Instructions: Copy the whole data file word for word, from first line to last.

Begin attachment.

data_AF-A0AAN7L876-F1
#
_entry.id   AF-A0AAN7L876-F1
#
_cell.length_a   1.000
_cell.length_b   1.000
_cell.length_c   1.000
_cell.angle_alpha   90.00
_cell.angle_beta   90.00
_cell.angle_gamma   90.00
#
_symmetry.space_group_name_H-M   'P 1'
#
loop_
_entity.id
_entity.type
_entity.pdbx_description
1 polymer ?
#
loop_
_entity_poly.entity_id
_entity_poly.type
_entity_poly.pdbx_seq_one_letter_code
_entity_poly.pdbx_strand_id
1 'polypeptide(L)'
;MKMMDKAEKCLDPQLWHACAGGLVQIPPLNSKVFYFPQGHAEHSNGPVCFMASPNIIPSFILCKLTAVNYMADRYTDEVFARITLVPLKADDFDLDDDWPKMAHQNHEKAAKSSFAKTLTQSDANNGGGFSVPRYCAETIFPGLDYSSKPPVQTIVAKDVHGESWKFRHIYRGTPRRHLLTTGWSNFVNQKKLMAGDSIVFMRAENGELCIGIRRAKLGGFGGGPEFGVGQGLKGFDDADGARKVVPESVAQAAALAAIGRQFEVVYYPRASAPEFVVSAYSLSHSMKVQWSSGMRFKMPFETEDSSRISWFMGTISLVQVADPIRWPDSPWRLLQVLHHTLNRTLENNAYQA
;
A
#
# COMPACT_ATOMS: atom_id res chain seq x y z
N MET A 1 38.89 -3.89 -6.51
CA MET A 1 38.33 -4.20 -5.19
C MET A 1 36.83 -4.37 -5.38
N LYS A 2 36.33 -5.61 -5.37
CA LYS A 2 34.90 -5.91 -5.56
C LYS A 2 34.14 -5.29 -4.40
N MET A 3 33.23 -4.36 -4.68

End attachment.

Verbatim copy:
data_AF-A0AAN7L876-F1
#
_entry.id   AF-A0AAN7L876-F1
#
_cell.length_a   1.000
_cell.length_b   1.000
_cell.length_c   1.000
_cell.angle_alpha   90.00
_cell.angle_beta   90.00
_cell.angle_gamma   90.00
#
_symmetry.space_group_name_H-M   'P 1'
#
loop_
_entity.id
_entity.type
_entity.pdbx_description
1 polymer ?
#
loop_
_entity_poly.entity_id
_entity_poly.type
_entity_poly.pdbx_seq_one_letter_code
_entity_poly.pdbx_strand_id
1 'polypeptide(L)'
;MKMMDKAEKCLDPQLWHACAGGLVQIPPLNSKVFYFPQGHAEHSNGPVCFMASPNIIPSFILCKLTAVNYMADRYTDEVFARITLVPLKADDFDLDDDWPKMAHQNHEKAAKSSFAKTLTQSDANNGGGFSVPRYCAETIFPGLDYSSKPPVQTIVAKDVHGESWKFRHIYRGTPRRHLLTTGWSNFVNQKKLMAGDSIVFMRAENGELCIGIRRAKLGGFGGGPEFGVGQGLKGFDDADGARKVVPESVAQAAALAAIGRQFEVVYYPRASAPEFVVSAYSLSHSMKVQWSSGMRFKMPFETEDSSRISWFMGTISLVQVADPIRWPDSPWRLLQVLHHTLNRTLENNAYQA
;
A
#
# COMPACT_ATOMS: atom_id res chain seq x y z
N MET A 1 38.89 -3.89 -6.51
CA MET A 1 38.33 -4.20 -5.19
C MET A 1 36.83 -4.37 -5.38
N LYS A 2 36.33 -5.61 -5.37
CA LYS A 2 34.90 -5.91 -5.56
C LYS A 2 34.14 -5.29 -4.40
N MET A 3 33.23 -4.36 -4.68